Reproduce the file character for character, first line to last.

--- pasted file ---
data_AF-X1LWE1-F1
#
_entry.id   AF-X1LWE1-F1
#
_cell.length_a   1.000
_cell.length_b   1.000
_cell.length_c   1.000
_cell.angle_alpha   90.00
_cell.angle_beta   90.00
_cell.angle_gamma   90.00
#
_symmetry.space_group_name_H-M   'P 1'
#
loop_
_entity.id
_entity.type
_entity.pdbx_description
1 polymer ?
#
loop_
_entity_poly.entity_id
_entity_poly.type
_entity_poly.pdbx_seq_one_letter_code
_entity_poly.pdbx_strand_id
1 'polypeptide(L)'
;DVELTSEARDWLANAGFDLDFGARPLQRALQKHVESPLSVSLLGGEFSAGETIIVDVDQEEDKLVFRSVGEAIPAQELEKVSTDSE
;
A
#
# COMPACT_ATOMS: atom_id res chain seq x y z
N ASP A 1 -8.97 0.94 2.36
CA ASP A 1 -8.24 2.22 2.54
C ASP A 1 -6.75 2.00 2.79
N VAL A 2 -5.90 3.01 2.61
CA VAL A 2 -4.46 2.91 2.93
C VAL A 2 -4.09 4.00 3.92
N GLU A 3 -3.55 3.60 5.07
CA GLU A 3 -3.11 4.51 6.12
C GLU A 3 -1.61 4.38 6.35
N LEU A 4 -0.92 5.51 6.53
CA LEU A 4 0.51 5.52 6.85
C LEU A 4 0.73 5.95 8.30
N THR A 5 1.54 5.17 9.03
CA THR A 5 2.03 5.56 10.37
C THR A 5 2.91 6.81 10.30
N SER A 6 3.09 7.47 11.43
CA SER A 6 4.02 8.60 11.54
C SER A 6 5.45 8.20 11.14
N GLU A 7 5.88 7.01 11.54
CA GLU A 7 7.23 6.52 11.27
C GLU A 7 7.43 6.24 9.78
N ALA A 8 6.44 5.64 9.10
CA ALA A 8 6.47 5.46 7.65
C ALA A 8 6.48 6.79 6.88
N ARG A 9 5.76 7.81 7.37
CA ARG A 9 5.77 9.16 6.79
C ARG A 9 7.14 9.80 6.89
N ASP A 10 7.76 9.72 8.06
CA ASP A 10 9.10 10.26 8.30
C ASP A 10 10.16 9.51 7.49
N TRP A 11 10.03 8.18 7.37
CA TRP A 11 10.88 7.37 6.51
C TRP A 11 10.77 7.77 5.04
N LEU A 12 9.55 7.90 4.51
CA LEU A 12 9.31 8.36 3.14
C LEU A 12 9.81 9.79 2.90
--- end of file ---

data_AF-X1LWE1-F1
#
_entry.id   AF-X1LWE1-F1
#
_cell.length_a   1.000
_cell.length_b   1.000
_cell.length_c   1.000
_cell.angle_alpha   90.00
_cell.angle_beta   90.00
_cell.angle_gamma   90.00
#
_symmetry.space_group_name_H-M   'P 1'
#
loop_
_entity.id
_entity.type
_entity.pdbx_description
1 polymer ?
#
loop_
_entity_poly.entity_id
_entity_poly.type
_entity_poly.pdbx_seq_one_letter_code
_entity_poly.pdbx_strand_id
1 'polypeptide(L)'
;DVELTSEARDWLANAGFDLDFGARPLQRALQKHVESPLSVSLLGGEFSAGETIIVDVDQEEDKLVFRSVGEAIPAQELEKVSTDSE
;
A
#
# COMPACT_ATOMS: atom_id res chain seq x y z
N ASP A 1 -8.97 0.94 2.36
CA ASP A 1 -8.24 2.22 2.54
C ASP A 1 -6.75 2.00 2.79
N VAL A 2 -5.90 3.01 2.61
CA VAL A 2 -4.46 2.91 2.93
C VAL A 2 -4.09 4.00 3.92
N GLU A 3 -3.55 3.60 5.07
CA GLU A 3 -3.11 4.51 6.12
C GLU A 3 -1.61 4.38 6.35
N LEU A 4 -0.92 5.51 6.53
CA LEU A 4 0.51 5.52 6.85
C LEU A 4 0.73 5.95 8.30
N THR A 5 1.54 5.17 9.03
CA THR A 5 2.03 5.56 10.37
C THR A 5 2.91 6.81 10.30
N SER A 6 3.09 7.47 11.43
CA SER A 6 4.02 8.60 11.54
C SER A 6 5.45 8.20 11.14
N GLU A 7 5.88 7.01 11.54
CA GLU A 7 7.23 6.52 11.27
C GLU A 7 7.43 6.24 9.78
N ALA A 8 6.44 5.64 9.10
CA ALA A 8 6.47 5.46 7.65
C ALA A 8 6.48 6.79 6.88
N ARG A 9 5.76 7.81 7.37
CA ARG A 9 5.77 9.16 6.79
C ARG A 9 7.14 9.80 6.89
N ASP A 10 7.76 9.72 8.06
CA ASP A 10 9.10 10.26 8.30
C ASP A 10 10.16 9.51 7.49
N TRP A 11 10.03 8.18 7.37
CA TRP A 11 10.88 7.37 6.51
C TRP A 11 10.77 7.77 5.04
N LEU A 12 9.55 7.90 4.51
CA LEU A 12 9.31 8.36 3.14
C LEU A 12 9.81 9.79 2.90